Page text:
Intact pterosaur eggs reported found with parents
June 15, 2014
Researchers are reporting the finding of the first three-dimensionly preserved eggs of pterosaurs, flying reptiles with wingspans up to half the length of a tennis court.
The eggs, found in China, turned up among at least dozens of pterosaur fossils, representing a new species called Hamipterus tianshanensis
, scientists reported.
The animals lived together in colonies, according to the researchers, who presented their work in the journal Current Biology
on June 5.
“Five eggs are three-dimensionly preserved, and some are really complete,” said Xiaolin Wang of the Chinese Academy of Sciences, who was involved with the research. It was most exciting to find many male and female pterosaurs and their eggs preserved together, he added.
The pterosaur fossil record has generally been poor, with little information about their populations, the researchers say. Only four isolated and flattened pterosaur eggs were known to science before now.
The resting place of the pterosaurs now described was uncovered in 2005 in the Turpan-Hami Basin, south of the Tian Shan Mountains in Xinjiang, northwestern China. The fossil-rich area is thought to possibly harbor thousands of bones. Wang said sediments in the area suggest that the pterosaurs died in a large storm about 120 million years ago in the Early Cretaceous period.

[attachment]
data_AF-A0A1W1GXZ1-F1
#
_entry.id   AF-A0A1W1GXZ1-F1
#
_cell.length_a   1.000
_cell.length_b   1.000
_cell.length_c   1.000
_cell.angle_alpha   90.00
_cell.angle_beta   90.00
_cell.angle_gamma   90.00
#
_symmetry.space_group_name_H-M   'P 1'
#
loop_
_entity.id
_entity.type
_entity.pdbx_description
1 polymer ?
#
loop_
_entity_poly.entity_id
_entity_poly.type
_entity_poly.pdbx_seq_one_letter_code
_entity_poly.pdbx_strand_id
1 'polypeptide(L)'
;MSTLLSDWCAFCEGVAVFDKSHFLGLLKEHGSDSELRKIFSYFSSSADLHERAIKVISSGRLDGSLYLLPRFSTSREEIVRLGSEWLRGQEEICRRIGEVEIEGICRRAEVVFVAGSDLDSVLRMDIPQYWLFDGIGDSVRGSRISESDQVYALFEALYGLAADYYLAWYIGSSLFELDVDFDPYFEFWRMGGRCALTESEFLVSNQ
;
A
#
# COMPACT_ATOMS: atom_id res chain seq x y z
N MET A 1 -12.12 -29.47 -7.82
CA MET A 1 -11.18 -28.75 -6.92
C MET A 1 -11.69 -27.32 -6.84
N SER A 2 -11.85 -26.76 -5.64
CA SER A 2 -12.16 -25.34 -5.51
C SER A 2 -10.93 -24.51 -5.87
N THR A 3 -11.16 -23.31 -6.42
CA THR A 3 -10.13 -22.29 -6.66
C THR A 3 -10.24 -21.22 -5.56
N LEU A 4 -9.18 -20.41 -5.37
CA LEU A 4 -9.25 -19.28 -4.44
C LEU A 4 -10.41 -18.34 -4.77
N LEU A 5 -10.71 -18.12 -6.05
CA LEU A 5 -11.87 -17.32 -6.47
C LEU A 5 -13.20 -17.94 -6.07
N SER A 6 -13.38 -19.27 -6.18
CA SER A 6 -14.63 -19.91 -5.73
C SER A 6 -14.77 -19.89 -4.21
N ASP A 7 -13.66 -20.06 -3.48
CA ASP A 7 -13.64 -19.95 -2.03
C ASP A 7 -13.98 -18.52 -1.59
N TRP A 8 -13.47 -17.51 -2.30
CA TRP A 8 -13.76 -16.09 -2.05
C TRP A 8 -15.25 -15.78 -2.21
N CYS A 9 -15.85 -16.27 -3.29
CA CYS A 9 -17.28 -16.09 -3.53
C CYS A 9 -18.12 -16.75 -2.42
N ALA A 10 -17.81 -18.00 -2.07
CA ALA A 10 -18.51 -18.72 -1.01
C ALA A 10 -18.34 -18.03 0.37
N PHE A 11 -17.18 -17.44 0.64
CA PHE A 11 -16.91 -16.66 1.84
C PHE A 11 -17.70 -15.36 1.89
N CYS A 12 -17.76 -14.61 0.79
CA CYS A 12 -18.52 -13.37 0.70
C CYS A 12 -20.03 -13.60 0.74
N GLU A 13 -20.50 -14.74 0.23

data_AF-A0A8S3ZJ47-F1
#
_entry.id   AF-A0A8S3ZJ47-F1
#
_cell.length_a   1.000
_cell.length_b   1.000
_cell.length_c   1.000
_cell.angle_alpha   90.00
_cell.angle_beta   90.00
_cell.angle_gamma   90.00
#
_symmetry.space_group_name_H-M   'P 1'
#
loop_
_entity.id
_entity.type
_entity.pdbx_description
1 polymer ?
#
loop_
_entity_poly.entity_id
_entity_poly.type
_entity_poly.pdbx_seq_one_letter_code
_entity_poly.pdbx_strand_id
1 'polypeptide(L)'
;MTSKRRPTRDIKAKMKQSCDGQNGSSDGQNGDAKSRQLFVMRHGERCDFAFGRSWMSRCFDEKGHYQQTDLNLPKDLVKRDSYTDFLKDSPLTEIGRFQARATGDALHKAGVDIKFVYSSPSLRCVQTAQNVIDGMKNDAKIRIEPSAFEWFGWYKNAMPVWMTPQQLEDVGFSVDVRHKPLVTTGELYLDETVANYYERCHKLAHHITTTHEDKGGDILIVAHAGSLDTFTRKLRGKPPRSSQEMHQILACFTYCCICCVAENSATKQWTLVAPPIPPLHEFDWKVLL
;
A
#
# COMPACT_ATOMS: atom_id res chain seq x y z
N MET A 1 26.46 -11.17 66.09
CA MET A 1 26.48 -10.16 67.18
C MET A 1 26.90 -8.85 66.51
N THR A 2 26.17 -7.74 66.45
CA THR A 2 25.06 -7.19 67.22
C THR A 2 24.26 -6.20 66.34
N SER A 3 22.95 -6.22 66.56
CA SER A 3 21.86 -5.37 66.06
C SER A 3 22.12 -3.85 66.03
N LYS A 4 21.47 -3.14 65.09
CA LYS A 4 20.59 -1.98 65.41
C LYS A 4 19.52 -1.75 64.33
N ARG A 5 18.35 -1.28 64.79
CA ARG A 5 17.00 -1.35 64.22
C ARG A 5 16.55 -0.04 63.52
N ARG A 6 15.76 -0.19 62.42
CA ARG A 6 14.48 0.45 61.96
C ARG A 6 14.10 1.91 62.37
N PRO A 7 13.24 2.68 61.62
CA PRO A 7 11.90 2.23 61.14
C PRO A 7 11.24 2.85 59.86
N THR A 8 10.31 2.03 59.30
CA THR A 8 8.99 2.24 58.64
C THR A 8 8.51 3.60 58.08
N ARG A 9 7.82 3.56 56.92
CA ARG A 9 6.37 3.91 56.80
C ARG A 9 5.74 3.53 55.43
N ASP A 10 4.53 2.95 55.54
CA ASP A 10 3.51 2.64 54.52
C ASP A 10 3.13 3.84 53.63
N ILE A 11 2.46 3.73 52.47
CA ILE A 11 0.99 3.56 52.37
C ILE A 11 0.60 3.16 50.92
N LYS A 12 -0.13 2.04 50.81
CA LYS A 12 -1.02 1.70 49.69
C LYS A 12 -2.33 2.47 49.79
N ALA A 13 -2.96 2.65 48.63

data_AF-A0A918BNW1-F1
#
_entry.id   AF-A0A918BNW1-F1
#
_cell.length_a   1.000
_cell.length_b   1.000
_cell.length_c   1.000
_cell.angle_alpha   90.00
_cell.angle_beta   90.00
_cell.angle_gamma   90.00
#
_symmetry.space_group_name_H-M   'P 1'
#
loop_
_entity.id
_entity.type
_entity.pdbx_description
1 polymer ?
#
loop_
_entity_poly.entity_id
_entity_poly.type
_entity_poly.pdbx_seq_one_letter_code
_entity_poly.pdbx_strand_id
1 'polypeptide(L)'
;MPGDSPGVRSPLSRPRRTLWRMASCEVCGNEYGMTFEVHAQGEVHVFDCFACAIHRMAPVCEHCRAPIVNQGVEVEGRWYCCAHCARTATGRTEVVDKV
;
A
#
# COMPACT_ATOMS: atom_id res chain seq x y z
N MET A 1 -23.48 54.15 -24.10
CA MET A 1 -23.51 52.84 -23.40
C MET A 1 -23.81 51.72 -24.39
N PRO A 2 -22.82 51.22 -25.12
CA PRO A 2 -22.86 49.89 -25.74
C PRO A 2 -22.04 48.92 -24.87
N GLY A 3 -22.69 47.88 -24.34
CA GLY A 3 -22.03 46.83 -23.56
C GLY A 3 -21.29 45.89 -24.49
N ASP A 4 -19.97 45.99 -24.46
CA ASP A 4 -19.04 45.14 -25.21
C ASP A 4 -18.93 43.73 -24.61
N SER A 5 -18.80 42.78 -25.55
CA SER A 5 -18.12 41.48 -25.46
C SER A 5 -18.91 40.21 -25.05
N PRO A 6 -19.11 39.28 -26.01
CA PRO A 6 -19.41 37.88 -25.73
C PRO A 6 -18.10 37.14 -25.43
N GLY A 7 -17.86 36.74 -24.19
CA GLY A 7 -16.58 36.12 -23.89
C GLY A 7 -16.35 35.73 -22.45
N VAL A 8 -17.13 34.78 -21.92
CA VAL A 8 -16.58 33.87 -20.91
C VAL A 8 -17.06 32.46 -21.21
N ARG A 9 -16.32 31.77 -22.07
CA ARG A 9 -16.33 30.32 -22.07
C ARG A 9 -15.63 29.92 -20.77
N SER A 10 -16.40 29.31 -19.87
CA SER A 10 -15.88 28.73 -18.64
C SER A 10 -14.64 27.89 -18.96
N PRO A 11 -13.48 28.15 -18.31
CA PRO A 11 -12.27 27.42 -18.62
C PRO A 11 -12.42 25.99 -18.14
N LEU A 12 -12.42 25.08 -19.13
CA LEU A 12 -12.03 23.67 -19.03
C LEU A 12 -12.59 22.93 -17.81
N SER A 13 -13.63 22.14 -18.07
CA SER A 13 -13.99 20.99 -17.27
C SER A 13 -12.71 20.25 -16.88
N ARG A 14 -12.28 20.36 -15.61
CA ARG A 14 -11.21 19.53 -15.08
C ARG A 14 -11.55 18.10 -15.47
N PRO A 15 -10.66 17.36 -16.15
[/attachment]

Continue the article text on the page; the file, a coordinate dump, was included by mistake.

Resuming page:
The researchers examined the largely intact pterosaur egg specimens to find that they were pliable, with a thin eggshell outside and a soft, thick membrane inside, similar to the eggs of some modern-day snakes. The researchers' observations of 40 male and female individuals suggested differences between the sexes in the size, shape, and robustness of their head crests.
The combination of many pterosaurs and eggs strongly indicates the presence of a nesting site nearby and indicates that this species developed gregarious behavior, the researchers said. Hamipterus
most likely buried their eggs in sand along the shore of an ancient lake to prevent them from drying out, they added. While the new fossils are thought to shed light on their reproductive strategy, development, and behavior, there's still much left to learn about them.
“Sites like the one reported here provide further evidence regarding the behavior and biology of this amazing group of flying reptiles that has no parallel in modern time,” the researchers wrote.
Source : http://www.world-science.net
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